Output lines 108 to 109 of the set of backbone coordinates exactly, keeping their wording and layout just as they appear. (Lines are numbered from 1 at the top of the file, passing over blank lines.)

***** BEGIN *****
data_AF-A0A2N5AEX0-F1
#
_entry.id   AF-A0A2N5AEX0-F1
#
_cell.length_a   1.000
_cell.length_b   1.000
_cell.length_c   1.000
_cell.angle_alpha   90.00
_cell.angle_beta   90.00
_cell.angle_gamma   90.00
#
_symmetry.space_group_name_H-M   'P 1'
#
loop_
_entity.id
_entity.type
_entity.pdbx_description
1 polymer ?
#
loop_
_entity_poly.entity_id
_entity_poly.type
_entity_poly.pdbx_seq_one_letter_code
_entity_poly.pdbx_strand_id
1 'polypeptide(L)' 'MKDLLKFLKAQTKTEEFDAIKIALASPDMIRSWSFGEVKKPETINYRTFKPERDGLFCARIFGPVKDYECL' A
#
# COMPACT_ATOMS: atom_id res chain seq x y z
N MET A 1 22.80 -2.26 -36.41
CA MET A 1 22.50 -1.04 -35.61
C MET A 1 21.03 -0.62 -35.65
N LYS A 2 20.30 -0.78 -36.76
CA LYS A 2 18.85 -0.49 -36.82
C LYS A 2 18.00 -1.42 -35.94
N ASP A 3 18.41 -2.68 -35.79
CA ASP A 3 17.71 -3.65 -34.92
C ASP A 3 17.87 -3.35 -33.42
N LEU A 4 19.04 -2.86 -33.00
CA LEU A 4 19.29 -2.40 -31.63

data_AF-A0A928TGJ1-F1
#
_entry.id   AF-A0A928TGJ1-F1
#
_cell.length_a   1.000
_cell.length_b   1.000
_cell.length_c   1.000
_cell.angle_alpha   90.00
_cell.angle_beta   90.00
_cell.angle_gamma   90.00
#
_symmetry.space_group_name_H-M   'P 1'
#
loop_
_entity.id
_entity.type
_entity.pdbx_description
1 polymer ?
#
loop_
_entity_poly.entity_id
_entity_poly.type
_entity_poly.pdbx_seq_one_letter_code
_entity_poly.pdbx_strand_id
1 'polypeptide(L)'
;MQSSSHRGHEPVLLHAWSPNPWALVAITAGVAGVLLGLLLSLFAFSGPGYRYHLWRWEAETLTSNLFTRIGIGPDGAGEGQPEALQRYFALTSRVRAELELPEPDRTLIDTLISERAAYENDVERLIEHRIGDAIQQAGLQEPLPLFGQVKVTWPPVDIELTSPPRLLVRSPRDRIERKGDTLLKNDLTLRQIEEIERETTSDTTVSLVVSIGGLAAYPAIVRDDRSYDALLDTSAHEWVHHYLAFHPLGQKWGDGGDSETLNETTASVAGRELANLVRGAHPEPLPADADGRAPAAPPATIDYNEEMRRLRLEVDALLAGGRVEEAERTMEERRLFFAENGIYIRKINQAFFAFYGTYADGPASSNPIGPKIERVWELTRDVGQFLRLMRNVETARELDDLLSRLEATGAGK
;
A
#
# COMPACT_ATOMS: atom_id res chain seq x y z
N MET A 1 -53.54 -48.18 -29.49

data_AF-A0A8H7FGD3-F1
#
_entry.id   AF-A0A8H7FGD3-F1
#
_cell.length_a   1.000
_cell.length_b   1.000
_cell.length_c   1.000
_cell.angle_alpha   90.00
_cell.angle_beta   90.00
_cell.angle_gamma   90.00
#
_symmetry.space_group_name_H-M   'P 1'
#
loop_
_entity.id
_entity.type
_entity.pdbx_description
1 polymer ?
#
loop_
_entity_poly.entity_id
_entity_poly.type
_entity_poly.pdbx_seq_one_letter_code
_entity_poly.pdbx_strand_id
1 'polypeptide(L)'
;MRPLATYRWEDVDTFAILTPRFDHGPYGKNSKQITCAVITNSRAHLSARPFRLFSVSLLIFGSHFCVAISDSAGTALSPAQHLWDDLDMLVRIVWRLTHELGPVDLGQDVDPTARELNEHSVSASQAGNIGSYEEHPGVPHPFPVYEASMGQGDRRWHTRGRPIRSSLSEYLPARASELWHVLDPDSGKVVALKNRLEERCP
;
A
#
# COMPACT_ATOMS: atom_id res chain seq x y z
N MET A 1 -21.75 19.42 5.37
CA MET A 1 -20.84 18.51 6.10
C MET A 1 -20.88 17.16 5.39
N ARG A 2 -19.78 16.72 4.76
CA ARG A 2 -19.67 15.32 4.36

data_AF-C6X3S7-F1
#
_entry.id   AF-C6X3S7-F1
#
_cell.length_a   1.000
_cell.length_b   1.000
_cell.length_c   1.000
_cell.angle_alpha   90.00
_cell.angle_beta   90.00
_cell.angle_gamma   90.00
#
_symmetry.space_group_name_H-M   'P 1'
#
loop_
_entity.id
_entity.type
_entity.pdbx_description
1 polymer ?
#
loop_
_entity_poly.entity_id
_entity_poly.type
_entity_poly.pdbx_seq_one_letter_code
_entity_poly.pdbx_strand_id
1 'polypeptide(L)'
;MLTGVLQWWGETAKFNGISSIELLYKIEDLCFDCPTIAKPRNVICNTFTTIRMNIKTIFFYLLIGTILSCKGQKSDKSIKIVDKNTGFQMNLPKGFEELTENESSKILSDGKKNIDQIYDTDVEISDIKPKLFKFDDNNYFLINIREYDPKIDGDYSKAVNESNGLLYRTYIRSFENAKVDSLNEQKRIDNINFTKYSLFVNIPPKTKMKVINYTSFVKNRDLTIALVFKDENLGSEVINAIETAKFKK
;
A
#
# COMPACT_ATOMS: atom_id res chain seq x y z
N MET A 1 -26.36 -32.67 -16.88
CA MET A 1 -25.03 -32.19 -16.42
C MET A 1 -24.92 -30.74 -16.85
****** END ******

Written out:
#
_cell.length_a   1.000